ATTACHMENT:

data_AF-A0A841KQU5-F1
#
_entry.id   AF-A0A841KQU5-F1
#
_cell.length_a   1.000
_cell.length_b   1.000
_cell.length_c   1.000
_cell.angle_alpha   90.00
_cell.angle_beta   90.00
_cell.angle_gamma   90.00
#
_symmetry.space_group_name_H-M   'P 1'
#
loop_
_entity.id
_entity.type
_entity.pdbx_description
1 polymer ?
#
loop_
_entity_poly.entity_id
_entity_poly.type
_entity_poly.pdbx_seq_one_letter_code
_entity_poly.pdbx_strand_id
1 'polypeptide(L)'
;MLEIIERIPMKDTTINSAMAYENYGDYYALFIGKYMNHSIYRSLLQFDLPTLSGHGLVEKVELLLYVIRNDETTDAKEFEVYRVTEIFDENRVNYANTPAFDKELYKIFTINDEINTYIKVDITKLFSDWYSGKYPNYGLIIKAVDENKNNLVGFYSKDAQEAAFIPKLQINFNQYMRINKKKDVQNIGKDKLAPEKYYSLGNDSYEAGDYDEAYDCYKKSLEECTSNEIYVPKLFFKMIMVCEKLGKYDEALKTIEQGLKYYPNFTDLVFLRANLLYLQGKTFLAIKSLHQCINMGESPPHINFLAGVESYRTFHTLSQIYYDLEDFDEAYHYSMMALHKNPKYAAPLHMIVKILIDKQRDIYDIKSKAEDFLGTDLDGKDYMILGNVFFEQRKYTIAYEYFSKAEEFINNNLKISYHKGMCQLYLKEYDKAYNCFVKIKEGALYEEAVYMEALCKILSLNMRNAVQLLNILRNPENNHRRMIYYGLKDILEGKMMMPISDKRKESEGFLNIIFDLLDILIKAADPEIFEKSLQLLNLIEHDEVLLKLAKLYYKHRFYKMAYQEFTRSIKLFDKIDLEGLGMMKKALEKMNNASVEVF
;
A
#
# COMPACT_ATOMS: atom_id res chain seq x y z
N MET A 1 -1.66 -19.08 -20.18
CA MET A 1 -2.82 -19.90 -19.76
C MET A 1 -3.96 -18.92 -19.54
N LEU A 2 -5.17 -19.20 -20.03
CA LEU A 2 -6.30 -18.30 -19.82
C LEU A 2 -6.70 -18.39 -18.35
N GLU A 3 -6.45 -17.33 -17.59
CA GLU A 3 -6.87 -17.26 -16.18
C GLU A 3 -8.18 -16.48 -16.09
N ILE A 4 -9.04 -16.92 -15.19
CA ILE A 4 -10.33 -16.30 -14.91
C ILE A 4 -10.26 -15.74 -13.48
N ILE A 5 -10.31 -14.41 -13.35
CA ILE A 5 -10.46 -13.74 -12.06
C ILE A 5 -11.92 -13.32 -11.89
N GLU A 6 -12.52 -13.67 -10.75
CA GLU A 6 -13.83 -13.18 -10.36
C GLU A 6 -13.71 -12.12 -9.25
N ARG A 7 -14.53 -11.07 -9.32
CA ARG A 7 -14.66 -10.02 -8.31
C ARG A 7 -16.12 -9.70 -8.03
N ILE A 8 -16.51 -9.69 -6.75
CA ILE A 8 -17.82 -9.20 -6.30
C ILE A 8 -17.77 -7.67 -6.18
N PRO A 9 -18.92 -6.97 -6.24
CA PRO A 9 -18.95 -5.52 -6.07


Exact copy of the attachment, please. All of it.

data_AF-A0A841KQU5-F1
#
_entry.id   AF-A0A841KQU5-F1
#
_cell.length_a   1.000
_cell.length_b   1.000
_cell.length_c   1.000
_cell.angle_alpha   90.00
_cell.angle_beta   90.00
_cell.angle_gamma   90.00
#
_symmetry.space_group_name_H-M   'P 1'
#
loop_
_entity.id
_entity.type
_entity.pdbx_description
1 polymer ?
#
loop_
_entity_poly.entity_id
_entity_poly.type
_entity_poly.pdbx_seq_one_letter_code
_entity_poly.pdbx_strand_id
1 'polypeptide(L)'
;MLEIIERIPMKDTTINSAMAYENYGDYYALFIGKYMNHSIYRSLLQFDLPTLSGHGLVEKVELLLYVIRNDETTDAKEFEVYRVTEIFDENRVNYANTPAFDKELYKIFTINDEINTYIKVDITKLFSDWYSGKYPNYGLIIKAVDENKNNLVGFYSKDAQEAAFIPKLQINFNQYMRINKKKDVQNIGKDKLAPEKYYSLGNDSYEAGDYDEAYDCYKKSLEECTSNEIYVPKLFFKMIMVCEKLGKYDEALKTIEQGLKYYPNFTDLVFLRANLLYLQGKTFLAIKSLHQCINMGESPPHINFLAGVESYRTFHTLSQIYYDLEDFDEAYHYSMMALHKNPKYAAPLHMIVKILIDKQRDIYDIKSKAEDFLGTDLDGKDYMILGNVFFEQRKYTIAYEYFSKAEEFINNNLKISYHKGMCQLYLKEYDKAYNCFVKIKEGALYEEAVYMEALCKILSLNMRNAVQLLNILRNPENNHRRMIYYGLKDILEGKMMMPISDKRKESEGFLNIIFDLLDILIKAADPEIFEKSLQLLNLIEHDEVLLKLAKLYYKHRFYKMAYQEFTRSIKLFDKIDLEGLGMMKKALEKMNNASVEVF
;
A
#
# COMPACT_ATOMS: atom_id res chain seq x y z
N MET A 1 -1.66 -19.08 -20.18
CA MET A 1 -2.82 -19.90 -19.76
C MET A 1 -3.96 -18.92 -19.54
N LEU A 2 -5.17 -19.20 -20.03
CA LEU A 2 -6.30 -18.30 -19.82
C LEU A 2 -6.70 -18.39 -18.35
N GLU A 3 -6.45 -17.33 -17.59
CA GLU A 3 -6.87 -17.26 -16.18
C GLU A 3 -8.18 -16.48 -16.09
N ILE A 4 -9.04 -16.92 -15.19
CA ILE A 4 -10.33 -16.30 -14.91
C ILE A 4 -10.26 -15.74 -13.48
N ILE A 5 -10.31 -14.41 -13.35
CA ILE A 5 -10.46 -13.74 -12.06
C ILE A 5 -11.92 -13.32 -11.89
N GLU A 6 -12.52 -13.67 -10.75
CA GLU A 6 -13.83 -13.18 -10.36
C GLU A 6 -13.71 -12.12 -9.25
N ARG A 7 -14.53 -11.07 -9.32
CA ARG A 7 -14.66 -10.02 -8.31
C ARG A 7 -16.12 -9.70 -8.03
N ILE A 8 -16.51 -9.69 -6.75
CA ILE A 8 -17.82 -9.20 -6.30
C ILE A 8 -17.77 -7.67 -6.18
N PRO A 9 -18.92 -6.97 -6.24
CA PRO A 9 -18.95 -5.52 -6.07